Regionally, many projects remain in the pipeline for construction, with other significant potential projects being strongly considered by elected officials and project owners alike (chip fabrication plant in Clay, NY, and Route 81 project).  Project owners who postponed projects in 2020 are now planning those projects for later in 2021 and beyond.  The continuation of the Amazon projects in Liverpool and Dewitt, the new Crouse Health Center, Cree’s Carbon Device Manufacturing facility in Marcy and Utica’s new Mohawk Valley Health System hospital are just a few examples of current projects under construction in central New York.

In addition to the construction resurgence, there remains optimism about the infusion of federal stimulus dollars to fund regional governmental initiatives, especially those projects included in the federal infrastructure bill recently approved by President Biden, Senator Majority Leader Charles Schumer, and House Speaker Nancy Pelosi.  Such infrastructure projects will include roads, bridges, wastewater treatment facilities and installation of broad band technology to underserved communities throughout New York state.


Although the construction industry is poised to take advantage of future construction projects in upstate New York, many issues employers are experiencing today may continue into late 2021 and beyond.  Concerns which may impact construction in the future include:

Inflation – From an economic perspective, inflation is defined as a general increase in prices and decrease in the purchasing value of money.  With the influx of trillions of dollars into the United States economy, and thus to communities across the country, inflation remains a huge concern to project owners and construction contractors alike.  Over the past 9 years, the average annual inflation rate has been 1.6%.  An annual inflation rate of 2.5% could very well add 10% to a project’s total cost.

Increase in Material Costs and Material Shortages – Due to inflation, the decline of purchasing power over time, the significant increase in material costs, and material shortages, project owners will pay more for the cost of material on their projects which may impact their ability to develop a project within budget.  While the industry is seeing some signs that the out-of-control price increases in steel, lumber, cement, etc. may have stabilized, industry leaders are wondering what the new normal in prices might look like in late 2021 and 2022, and when the timely availability of material will return.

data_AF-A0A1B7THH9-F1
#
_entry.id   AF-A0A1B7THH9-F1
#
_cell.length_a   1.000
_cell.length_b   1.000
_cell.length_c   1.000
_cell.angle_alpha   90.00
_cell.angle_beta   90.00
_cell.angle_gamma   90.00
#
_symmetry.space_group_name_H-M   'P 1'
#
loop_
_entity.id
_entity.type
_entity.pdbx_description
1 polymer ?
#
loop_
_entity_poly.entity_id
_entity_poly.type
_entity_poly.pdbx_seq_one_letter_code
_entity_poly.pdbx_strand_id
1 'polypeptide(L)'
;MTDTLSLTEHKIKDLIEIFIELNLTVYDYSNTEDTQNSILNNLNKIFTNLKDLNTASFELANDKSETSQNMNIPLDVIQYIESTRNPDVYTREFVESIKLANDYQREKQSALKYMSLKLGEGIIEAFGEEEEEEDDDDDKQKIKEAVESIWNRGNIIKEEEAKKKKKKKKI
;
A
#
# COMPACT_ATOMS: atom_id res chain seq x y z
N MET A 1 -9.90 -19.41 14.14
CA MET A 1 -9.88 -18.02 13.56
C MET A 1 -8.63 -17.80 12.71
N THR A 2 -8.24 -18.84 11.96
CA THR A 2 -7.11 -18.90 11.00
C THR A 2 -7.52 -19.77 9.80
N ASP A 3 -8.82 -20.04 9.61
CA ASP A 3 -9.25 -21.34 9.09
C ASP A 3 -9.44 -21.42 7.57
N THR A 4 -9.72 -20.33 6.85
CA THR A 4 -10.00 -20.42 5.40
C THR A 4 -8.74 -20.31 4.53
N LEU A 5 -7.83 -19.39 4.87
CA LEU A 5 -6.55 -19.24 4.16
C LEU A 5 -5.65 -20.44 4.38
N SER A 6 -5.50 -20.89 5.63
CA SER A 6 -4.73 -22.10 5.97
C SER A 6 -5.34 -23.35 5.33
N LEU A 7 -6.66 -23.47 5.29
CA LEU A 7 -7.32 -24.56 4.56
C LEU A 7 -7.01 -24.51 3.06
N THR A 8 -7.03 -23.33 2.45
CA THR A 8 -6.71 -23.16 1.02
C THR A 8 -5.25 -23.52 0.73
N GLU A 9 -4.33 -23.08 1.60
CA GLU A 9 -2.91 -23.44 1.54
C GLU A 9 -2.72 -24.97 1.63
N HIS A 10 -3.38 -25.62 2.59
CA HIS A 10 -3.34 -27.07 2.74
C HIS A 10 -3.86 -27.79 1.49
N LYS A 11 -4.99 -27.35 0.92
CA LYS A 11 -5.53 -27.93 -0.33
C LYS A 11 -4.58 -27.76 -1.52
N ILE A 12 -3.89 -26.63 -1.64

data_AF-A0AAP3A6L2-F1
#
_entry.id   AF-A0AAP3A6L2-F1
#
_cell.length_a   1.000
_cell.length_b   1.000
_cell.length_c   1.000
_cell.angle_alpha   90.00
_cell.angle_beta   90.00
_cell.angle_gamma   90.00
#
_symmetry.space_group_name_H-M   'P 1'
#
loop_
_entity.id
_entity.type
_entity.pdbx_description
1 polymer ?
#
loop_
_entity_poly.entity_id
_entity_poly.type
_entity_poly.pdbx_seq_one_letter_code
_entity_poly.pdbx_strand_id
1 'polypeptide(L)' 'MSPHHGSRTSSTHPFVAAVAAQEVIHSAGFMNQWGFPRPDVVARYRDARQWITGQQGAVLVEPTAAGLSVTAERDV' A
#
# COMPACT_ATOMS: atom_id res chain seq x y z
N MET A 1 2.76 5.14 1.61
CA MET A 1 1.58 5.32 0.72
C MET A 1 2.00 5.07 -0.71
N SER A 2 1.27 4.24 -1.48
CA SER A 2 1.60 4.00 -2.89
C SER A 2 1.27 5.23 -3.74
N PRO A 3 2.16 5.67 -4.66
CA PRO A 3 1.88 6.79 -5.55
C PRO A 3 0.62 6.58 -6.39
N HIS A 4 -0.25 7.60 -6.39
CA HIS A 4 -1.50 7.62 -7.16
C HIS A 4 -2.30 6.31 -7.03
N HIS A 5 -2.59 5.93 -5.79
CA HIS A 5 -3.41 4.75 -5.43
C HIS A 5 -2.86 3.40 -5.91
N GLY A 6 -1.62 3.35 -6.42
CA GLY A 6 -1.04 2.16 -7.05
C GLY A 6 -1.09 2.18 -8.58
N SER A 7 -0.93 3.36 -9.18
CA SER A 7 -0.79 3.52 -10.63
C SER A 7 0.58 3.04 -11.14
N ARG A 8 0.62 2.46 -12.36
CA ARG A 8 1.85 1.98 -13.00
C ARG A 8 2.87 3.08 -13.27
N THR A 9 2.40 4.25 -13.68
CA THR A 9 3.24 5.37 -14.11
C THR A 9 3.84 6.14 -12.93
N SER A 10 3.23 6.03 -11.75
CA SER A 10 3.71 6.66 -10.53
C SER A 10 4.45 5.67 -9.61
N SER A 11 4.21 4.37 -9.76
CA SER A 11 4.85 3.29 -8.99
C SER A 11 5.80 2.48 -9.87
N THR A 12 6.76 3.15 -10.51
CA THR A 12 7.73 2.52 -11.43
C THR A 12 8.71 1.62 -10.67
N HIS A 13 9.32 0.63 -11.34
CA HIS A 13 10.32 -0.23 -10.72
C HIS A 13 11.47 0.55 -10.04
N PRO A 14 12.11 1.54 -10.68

Supply Chain Issues – The deliver of materials to construction job sites remains a major issue for contractors and project owners today, with no end in sight.  Labor shortages impacting all sectors of the industry from contractors, delivery drivers, suppliers, manufacturers, etc. continues to slow the delivery of goods and materials essential for the timely completion of projects.  Projects have not been canceled because of supply chain issues, but contractors remain concerned about contractual obligations to general contractors or project owners.  Pundits have opined such supply chain issues may see relief later in 2021 once the labor force problem below improves.

Labor – COVID-19, New York State and the federal government have compounded the labor shortage problem that has plagued the upstate New York construction industry for the past few years.  New York State’s inability to enforce return to work requirements for those collecting unemployment insurance has significantly impacted the construction, retail, and hospitality industries.  The federal government’s continuous $300 unemployment insurance supplement to New York State’s unemployment insurance benefits in many cases incentivizes those who are unemployed to not return to the workforce.  In addition, the federal government’s requirement for employers to pay COBRA premiums for those unemployed or ineligible employees only compounds the issues as such also is a disincentive to return to work. 


The construction industry in upstate New York has strong momentum, powered by the predicted influx of federal and state dollars funding significant projects for years to come.  The funding of projects by various governmental entities, supplemented by the return of private capital into the market, will lead to a significant period of growth for the industry.  While headwinds may pose short-term obstacles for contractors and project owners, the future of the upstate New York construction industry remains on an upward trajectory.